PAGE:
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9/11: What Did We Know And When Did We Know It?

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Author Info

  • Beom Lee
  • Walter Enders
  • Todd Sandler

Abstract

In February 1998, Osama Bin Laden published a signed statement calling for a fatwa against the United States for its having 'declared war against God'. As we now know, the fatwa resulted in the unprecedented attack of 9/11. The issue of whether or not 9/11 was in any way predictable culminated in the public debate between Richard Clarke, former CIA Director George Tenet and the White House. This paper examines whether there was any evidence of a structural change in the terrorism data at or after February 1998 but prior to June 2001, controlling for the possibility of other breaks in earlier periods. In doing so, we use the standard Bai-Perron procedure and our sequential importance sampling (SIS) Markov Chain Monte Carlo (MCMC) method for identifying an unknown number of breaks at unknown dates. We conclude that sophisticated statistical time-series analysis would not have predicted 9/11.

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Bibliographic Info

Article provided by Taylor & Francis Journals in its journal Defence and Peace Economics.

Volume (Year): 20 (2009)
Issue (Month): 2 ()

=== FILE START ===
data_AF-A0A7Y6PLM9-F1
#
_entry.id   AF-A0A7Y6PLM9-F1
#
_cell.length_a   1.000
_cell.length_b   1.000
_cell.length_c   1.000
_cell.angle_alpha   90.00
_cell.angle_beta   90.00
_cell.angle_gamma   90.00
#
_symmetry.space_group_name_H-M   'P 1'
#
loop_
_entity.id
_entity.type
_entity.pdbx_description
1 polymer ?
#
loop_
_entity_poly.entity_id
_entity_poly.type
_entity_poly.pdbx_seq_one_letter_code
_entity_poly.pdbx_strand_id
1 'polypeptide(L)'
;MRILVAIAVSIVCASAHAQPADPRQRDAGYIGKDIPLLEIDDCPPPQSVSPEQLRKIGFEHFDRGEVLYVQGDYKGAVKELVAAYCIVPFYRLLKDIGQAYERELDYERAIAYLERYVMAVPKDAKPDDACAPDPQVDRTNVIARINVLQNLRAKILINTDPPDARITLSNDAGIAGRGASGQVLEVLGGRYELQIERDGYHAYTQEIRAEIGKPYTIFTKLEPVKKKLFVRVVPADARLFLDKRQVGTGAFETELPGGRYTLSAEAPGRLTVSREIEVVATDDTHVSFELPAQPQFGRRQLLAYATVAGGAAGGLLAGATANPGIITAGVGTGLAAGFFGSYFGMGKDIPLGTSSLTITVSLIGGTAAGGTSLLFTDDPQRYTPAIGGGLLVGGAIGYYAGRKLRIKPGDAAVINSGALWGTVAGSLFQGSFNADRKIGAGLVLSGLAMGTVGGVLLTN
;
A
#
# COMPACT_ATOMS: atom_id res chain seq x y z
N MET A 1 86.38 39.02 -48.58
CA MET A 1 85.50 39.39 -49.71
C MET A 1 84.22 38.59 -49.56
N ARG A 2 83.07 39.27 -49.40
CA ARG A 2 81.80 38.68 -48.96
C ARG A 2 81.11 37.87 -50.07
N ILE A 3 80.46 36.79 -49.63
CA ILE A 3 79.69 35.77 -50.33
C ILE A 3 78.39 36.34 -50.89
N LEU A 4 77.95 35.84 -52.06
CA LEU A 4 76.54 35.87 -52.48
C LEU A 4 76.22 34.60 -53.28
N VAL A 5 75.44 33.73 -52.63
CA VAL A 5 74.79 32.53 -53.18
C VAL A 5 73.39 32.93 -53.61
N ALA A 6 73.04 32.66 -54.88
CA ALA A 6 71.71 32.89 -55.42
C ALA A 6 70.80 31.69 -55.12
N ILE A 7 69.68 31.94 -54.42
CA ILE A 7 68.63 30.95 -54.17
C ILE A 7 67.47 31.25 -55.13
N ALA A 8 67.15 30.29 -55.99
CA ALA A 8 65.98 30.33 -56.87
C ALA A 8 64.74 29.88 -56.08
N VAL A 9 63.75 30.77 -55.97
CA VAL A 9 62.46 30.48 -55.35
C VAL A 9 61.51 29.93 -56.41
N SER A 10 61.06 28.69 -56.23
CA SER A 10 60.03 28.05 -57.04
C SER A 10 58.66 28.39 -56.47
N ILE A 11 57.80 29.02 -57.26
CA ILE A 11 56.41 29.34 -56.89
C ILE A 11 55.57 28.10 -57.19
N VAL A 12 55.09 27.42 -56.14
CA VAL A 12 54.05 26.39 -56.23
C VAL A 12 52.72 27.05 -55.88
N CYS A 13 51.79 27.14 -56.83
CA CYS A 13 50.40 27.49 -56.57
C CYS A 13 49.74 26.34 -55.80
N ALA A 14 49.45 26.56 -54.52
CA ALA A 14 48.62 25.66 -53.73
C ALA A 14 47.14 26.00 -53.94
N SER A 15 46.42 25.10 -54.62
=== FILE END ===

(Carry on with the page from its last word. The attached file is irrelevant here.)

Pages: 79-93

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Handle: RePEc:taf:defpea:v:20:y:2009:i:2:p:79-93

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Related research

Keywords: Terrorism; Structural breaks; Markov Chain Monte Carlo; 9/11; Osama Bin Laden;

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Cited by:
  1. Phillips Peter J, 2011. "Lone Wolf Terrorism," Peace Economics, Peace Science, and Public Policy, De Gruyter, vol. 17(1), pages 1-31, March.
  2. Brandt, Patrick T. & Sandler, Todd, 2009. "Hostage taking: Understanding terrorism event dynamics," Journal of Policy Modeling, Elsevier, vol. 31(5), pages 758-778, September.
  3. Kollias, Christos & Messis, Petros & Mylonidis, Nikolaos & Paleologou, Suzanna-Maria, 2009. "Terrorism and the effectiveness of security spending in Greece: Policy implications of some empirical findings," Journal of Policy Modeling, Elsevier, vol. 31(5), pages 788-802, September.

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